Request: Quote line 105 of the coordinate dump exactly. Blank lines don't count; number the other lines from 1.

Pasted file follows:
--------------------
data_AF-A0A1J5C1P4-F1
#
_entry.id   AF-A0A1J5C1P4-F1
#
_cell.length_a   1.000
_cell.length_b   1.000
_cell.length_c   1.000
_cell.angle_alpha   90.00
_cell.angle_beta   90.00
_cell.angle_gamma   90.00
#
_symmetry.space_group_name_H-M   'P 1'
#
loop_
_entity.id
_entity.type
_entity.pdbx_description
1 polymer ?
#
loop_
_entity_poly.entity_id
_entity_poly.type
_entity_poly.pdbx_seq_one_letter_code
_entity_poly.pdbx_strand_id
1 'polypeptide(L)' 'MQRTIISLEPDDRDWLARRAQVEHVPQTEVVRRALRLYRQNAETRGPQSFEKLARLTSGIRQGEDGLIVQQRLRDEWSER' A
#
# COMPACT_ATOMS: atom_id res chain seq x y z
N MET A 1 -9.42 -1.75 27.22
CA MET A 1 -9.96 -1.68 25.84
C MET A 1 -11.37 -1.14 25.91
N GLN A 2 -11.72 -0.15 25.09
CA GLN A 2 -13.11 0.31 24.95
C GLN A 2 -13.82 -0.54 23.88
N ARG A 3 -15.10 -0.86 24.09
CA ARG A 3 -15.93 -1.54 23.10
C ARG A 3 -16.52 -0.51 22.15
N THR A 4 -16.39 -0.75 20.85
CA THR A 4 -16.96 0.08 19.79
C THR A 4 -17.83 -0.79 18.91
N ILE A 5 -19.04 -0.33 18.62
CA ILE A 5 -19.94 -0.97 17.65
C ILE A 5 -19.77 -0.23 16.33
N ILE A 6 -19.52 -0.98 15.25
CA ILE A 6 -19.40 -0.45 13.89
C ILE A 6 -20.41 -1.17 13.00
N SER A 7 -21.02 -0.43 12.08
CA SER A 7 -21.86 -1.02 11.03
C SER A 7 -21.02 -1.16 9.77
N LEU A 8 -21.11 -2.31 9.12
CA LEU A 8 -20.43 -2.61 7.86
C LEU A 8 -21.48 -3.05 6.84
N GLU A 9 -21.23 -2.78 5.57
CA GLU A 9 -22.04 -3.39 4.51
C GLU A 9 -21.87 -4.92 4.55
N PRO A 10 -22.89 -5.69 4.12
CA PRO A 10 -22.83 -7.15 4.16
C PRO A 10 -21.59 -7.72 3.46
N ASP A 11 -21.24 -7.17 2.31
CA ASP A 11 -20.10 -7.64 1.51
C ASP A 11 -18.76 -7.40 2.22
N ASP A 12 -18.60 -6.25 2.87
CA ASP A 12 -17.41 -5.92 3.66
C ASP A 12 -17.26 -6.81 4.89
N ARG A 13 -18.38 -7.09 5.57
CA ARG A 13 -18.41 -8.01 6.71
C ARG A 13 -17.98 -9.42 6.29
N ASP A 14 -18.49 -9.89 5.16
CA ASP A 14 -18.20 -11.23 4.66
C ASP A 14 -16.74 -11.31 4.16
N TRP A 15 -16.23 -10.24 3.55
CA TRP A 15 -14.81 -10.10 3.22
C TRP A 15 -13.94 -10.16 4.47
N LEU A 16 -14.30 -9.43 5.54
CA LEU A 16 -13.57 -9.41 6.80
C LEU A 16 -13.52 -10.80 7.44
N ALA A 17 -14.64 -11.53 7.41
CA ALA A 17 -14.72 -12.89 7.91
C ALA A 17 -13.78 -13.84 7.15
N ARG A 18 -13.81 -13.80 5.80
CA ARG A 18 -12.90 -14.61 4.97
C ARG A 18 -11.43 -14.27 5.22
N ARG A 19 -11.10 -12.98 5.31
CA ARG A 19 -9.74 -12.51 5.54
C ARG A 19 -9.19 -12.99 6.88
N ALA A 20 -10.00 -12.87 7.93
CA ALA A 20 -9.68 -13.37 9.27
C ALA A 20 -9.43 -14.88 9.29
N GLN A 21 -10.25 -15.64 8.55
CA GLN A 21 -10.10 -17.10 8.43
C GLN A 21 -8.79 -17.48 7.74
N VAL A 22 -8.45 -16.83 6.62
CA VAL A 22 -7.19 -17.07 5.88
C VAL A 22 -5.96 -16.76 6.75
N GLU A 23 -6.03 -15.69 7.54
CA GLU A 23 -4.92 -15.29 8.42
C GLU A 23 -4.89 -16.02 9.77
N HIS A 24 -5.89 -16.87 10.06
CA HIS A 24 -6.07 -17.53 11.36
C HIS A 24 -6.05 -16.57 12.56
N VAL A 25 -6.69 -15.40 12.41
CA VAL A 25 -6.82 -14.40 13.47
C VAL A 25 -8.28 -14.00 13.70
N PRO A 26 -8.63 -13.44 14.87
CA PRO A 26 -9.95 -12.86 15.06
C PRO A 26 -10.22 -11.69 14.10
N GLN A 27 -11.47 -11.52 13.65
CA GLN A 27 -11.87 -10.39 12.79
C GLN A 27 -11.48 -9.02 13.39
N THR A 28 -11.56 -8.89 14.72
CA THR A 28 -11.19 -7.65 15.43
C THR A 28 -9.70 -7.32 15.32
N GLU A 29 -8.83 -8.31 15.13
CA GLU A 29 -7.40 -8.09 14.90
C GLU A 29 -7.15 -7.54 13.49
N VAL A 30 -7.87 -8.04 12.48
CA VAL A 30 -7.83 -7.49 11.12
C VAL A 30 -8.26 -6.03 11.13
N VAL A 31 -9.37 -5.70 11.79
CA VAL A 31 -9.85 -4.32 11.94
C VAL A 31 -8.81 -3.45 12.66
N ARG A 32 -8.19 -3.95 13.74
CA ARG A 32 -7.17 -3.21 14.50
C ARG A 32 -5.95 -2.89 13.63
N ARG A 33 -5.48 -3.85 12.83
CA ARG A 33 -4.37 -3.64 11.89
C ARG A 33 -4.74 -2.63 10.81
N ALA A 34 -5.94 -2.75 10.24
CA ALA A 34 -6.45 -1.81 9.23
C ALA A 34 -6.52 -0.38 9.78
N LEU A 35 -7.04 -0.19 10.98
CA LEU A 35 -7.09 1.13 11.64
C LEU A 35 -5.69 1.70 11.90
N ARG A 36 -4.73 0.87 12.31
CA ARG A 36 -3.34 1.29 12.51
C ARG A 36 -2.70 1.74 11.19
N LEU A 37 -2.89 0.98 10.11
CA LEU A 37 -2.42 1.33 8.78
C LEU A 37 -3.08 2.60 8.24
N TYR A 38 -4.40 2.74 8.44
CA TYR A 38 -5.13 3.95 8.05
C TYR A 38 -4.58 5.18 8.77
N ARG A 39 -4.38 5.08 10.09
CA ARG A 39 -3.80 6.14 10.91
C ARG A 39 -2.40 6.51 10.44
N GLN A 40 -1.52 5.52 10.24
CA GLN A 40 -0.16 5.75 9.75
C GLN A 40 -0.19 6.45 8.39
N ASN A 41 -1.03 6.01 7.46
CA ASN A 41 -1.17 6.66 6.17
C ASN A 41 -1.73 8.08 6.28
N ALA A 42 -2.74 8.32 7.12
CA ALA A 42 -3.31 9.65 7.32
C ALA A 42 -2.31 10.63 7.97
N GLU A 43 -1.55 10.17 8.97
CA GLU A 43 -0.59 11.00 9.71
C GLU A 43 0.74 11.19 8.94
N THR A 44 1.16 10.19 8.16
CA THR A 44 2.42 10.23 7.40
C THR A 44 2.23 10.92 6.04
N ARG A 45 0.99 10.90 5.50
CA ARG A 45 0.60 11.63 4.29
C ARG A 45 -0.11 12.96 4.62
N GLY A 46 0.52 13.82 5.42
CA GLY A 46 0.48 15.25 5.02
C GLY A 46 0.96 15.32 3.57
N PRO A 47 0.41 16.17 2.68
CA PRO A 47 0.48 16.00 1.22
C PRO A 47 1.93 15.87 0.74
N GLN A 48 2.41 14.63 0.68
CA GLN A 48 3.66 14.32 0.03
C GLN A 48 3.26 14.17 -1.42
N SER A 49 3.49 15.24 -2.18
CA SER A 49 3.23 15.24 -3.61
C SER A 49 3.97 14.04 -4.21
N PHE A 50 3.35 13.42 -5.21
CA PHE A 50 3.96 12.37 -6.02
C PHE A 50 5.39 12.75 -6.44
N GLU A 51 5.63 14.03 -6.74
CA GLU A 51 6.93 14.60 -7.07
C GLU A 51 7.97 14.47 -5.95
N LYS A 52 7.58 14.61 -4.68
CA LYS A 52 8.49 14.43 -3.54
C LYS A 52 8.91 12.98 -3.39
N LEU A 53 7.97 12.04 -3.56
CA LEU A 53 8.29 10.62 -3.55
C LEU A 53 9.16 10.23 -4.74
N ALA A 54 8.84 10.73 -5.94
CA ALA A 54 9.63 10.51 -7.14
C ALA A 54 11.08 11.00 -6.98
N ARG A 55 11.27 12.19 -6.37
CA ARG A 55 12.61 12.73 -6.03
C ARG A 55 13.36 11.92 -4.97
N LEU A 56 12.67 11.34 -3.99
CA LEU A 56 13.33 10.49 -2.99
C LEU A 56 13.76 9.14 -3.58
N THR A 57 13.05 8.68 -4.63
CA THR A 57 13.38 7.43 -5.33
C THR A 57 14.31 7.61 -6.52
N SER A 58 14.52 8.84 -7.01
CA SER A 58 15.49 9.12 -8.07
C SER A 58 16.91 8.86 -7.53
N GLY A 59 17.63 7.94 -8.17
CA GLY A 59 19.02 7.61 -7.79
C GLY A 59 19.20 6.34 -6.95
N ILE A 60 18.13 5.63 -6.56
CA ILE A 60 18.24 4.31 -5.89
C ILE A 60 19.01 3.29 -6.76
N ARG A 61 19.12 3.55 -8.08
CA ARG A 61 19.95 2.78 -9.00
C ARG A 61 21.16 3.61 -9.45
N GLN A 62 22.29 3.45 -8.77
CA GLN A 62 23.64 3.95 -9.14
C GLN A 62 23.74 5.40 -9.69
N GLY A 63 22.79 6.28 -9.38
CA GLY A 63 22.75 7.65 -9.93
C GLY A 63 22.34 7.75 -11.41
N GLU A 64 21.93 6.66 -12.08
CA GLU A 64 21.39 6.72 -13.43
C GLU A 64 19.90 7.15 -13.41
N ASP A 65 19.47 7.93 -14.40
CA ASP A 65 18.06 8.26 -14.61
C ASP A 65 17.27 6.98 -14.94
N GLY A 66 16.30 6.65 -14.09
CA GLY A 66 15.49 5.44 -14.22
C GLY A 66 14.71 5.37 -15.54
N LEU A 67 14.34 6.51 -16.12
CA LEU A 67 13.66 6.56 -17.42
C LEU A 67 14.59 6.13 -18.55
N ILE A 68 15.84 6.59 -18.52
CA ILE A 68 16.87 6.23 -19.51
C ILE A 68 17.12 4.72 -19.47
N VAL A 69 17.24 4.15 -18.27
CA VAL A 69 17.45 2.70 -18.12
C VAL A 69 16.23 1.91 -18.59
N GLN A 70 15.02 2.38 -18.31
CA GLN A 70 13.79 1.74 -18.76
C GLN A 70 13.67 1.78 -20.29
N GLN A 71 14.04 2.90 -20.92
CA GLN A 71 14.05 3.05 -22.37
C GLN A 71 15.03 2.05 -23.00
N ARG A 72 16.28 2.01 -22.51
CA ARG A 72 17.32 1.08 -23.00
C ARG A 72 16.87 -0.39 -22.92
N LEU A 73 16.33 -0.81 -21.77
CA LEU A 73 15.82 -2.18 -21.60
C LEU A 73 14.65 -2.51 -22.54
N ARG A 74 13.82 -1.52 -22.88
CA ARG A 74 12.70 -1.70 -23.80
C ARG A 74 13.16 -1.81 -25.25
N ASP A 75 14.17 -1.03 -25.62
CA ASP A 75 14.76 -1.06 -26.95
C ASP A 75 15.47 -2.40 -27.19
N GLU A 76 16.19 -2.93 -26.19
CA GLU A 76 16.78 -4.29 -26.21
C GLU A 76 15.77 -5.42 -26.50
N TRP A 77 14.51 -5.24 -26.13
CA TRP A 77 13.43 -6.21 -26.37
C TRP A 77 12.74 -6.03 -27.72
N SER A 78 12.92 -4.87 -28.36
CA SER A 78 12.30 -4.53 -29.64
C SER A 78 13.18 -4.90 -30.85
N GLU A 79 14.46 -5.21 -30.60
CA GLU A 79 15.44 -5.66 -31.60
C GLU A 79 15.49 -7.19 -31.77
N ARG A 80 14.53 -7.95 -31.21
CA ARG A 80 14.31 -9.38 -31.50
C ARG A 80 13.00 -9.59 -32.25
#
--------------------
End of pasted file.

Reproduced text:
C PRO A 26 -10.22 -11.69 14.10